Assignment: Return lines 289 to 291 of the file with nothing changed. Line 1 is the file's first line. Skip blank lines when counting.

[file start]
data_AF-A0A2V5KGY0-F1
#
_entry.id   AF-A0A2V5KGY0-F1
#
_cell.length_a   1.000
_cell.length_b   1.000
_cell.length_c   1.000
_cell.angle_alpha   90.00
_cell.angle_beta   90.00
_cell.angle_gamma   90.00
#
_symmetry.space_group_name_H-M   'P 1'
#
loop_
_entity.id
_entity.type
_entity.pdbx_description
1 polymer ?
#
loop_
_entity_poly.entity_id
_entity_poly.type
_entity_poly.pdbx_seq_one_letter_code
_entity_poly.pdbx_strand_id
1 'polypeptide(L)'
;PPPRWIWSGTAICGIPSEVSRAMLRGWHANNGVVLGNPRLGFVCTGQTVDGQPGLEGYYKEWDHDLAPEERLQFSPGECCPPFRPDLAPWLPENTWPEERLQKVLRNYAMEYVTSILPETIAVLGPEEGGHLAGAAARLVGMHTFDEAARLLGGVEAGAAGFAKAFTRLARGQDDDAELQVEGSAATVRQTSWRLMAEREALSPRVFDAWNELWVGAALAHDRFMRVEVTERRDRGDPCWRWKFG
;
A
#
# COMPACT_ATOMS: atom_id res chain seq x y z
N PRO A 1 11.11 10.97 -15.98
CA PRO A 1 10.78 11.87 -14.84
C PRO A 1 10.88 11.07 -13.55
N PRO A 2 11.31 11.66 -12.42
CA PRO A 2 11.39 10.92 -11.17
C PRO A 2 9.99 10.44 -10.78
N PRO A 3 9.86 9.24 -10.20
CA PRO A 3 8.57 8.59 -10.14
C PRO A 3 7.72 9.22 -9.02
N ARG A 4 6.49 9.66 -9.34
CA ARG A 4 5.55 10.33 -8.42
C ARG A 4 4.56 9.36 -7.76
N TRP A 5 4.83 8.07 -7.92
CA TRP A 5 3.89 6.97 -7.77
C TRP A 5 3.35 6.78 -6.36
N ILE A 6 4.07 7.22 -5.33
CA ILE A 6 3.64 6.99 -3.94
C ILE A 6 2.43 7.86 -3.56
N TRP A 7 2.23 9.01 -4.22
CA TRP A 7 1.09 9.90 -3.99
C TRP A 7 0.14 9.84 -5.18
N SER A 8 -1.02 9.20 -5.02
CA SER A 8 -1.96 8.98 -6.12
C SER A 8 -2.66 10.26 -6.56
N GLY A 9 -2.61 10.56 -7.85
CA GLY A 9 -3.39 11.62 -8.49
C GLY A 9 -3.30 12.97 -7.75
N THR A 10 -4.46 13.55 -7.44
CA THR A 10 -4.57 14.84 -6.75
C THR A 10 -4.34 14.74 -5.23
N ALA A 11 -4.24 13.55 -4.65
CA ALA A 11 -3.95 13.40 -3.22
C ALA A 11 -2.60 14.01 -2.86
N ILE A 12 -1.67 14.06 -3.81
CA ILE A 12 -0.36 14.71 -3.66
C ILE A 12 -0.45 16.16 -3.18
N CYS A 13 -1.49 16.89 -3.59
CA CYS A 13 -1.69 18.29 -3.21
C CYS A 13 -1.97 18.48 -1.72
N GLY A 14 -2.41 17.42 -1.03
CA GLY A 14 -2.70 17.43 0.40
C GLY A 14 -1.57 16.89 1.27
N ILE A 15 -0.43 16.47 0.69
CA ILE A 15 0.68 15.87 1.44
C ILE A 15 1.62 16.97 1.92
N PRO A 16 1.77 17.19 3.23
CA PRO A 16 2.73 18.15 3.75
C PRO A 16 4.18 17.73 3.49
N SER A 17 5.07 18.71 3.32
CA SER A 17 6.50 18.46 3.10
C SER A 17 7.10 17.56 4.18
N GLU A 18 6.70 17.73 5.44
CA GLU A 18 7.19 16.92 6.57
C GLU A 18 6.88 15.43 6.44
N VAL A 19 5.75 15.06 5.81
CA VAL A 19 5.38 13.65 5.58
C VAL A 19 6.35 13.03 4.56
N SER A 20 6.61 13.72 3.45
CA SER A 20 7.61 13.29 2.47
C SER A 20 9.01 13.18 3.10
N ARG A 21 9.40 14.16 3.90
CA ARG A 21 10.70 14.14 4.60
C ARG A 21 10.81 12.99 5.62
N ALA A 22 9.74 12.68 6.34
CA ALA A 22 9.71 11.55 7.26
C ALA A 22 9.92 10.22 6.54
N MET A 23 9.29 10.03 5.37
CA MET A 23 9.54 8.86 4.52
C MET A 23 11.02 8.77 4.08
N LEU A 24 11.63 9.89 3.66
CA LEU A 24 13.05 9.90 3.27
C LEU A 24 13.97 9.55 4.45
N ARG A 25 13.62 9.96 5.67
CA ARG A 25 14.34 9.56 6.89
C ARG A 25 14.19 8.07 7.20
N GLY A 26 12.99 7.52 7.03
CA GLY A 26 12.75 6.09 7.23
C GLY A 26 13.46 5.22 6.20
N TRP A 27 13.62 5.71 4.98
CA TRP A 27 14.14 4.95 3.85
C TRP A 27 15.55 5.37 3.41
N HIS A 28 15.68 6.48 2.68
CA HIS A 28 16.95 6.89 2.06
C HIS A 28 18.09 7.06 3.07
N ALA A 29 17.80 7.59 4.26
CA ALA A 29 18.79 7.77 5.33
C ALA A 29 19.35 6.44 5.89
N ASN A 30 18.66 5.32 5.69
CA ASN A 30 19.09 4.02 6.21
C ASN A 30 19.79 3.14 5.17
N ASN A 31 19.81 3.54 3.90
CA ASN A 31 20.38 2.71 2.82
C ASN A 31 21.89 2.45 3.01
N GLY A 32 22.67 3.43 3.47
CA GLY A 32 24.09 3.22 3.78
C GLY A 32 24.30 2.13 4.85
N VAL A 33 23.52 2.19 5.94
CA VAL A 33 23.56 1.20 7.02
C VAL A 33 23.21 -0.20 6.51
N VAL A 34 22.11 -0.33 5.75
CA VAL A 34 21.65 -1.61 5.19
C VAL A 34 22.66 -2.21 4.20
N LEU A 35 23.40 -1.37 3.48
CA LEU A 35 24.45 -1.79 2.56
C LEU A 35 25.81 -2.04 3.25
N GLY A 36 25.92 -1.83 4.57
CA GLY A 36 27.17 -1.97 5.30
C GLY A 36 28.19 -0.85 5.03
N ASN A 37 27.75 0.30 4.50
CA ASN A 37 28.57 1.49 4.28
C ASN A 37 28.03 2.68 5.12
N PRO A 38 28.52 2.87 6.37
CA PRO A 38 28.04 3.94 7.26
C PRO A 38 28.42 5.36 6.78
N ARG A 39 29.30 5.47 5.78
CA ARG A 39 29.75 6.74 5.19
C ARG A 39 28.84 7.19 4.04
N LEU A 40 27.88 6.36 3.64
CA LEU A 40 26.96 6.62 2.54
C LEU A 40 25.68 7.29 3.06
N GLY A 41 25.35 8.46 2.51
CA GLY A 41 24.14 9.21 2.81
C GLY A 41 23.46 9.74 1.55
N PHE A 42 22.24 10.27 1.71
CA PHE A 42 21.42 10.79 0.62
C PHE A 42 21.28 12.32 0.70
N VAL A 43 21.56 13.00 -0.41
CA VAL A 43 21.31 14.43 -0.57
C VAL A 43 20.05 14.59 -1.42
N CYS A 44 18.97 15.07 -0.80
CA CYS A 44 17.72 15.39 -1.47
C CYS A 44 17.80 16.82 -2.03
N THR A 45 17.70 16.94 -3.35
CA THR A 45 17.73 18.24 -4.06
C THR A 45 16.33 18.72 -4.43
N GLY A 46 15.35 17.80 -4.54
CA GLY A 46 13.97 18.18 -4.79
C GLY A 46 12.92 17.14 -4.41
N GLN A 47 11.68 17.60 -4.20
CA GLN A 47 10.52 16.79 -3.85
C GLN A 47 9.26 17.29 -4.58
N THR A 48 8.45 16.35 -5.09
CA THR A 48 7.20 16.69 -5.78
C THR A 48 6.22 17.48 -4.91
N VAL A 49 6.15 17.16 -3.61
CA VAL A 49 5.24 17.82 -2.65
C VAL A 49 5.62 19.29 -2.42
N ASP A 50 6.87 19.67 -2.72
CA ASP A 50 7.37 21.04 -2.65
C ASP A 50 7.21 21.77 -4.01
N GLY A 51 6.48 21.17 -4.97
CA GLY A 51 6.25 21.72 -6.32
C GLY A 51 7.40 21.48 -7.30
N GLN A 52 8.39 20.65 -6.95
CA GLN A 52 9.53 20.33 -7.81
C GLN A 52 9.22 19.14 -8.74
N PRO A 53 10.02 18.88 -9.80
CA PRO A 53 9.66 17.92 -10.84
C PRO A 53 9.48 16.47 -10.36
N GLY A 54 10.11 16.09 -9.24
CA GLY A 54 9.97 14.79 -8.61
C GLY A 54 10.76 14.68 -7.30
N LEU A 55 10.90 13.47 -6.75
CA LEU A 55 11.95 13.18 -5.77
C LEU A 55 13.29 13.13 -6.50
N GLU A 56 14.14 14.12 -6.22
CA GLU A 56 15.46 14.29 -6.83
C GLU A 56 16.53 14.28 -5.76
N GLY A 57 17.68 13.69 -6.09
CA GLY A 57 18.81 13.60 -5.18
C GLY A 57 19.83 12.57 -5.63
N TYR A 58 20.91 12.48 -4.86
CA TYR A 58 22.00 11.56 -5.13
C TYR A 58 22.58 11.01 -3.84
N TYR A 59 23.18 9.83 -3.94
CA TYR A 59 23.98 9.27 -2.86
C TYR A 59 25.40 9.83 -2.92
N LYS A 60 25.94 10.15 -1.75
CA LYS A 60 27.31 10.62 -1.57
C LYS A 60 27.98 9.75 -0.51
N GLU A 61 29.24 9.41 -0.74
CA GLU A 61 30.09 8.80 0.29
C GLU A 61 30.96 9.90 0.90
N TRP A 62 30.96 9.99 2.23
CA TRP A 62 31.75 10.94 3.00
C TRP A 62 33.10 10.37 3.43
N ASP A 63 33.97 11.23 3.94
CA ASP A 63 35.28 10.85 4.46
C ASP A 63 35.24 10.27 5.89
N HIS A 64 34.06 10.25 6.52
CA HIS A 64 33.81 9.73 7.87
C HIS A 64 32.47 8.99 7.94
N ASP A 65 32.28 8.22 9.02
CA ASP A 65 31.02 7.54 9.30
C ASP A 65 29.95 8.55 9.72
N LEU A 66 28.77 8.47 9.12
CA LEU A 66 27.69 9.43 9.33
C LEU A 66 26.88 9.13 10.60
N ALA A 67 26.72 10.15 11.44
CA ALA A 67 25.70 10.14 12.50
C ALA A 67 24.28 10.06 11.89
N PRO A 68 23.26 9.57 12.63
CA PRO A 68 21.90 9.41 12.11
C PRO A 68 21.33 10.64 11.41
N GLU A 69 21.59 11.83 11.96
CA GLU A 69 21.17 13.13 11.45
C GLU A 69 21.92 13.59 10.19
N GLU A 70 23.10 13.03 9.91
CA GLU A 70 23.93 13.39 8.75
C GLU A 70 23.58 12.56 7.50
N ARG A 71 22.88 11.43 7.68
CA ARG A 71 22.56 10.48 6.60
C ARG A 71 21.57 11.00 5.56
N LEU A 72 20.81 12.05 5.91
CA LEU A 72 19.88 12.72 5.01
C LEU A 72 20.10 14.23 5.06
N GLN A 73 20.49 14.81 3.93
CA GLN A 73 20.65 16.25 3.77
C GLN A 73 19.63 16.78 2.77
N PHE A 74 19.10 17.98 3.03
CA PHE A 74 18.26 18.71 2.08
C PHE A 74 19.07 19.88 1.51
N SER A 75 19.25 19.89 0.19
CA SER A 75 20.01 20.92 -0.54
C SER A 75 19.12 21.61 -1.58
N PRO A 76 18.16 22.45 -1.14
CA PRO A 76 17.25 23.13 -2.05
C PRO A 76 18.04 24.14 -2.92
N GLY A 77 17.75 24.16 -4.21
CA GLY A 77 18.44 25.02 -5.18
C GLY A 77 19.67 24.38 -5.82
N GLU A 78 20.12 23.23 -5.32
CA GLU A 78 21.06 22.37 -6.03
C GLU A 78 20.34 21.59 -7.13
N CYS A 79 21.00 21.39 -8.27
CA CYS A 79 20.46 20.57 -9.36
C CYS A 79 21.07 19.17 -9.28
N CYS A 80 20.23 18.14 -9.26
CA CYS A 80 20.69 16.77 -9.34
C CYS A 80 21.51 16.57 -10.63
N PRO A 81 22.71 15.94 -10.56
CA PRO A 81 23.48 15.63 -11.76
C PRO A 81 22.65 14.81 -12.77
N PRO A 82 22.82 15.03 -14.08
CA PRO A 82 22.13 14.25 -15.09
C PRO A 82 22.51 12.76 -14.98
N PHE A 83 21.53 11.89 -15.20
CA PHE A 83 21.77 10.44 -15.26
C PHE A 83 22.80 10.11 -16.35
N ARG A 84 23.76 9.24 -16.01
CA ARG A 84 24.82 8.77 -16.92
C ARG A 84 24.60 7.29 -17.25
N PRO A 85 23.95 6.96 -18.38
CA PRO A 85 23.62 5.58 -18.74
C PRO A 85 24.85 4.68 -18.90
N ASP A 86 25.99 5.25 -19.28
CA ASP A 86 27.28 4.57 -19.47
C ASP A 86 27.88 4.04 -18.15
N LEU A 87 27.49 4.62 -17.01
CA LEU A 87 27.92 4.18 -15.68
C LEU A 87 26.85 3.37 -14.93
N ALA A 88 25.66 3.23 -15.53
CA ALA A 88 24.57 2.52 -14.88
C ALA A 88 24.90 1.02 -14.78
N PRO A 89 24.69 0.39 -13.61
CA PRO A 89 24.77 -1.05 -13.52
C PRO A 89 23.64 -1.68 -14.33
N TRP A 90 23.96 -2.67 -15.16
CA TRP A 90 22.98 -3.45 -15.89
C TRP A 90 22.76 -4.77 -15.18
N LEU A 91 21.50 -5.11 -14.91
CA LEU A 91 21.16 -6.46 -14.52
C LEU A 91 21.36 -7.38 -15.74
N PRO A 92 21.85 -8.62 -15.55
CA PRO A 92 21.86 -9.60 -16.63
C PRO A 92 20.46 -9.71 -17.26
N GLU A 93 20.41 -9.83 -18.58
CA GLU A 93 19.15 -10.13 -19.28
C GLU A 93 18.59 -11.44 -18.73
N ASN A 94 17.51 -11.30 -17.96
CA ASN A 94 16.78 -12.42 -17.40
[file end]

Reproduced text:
N LEU A 87 27.49 4.62 -17.01
CA LEU A 87 27.92 4.18 -15.68
C LEU A 87 26.85 3.37 -14.93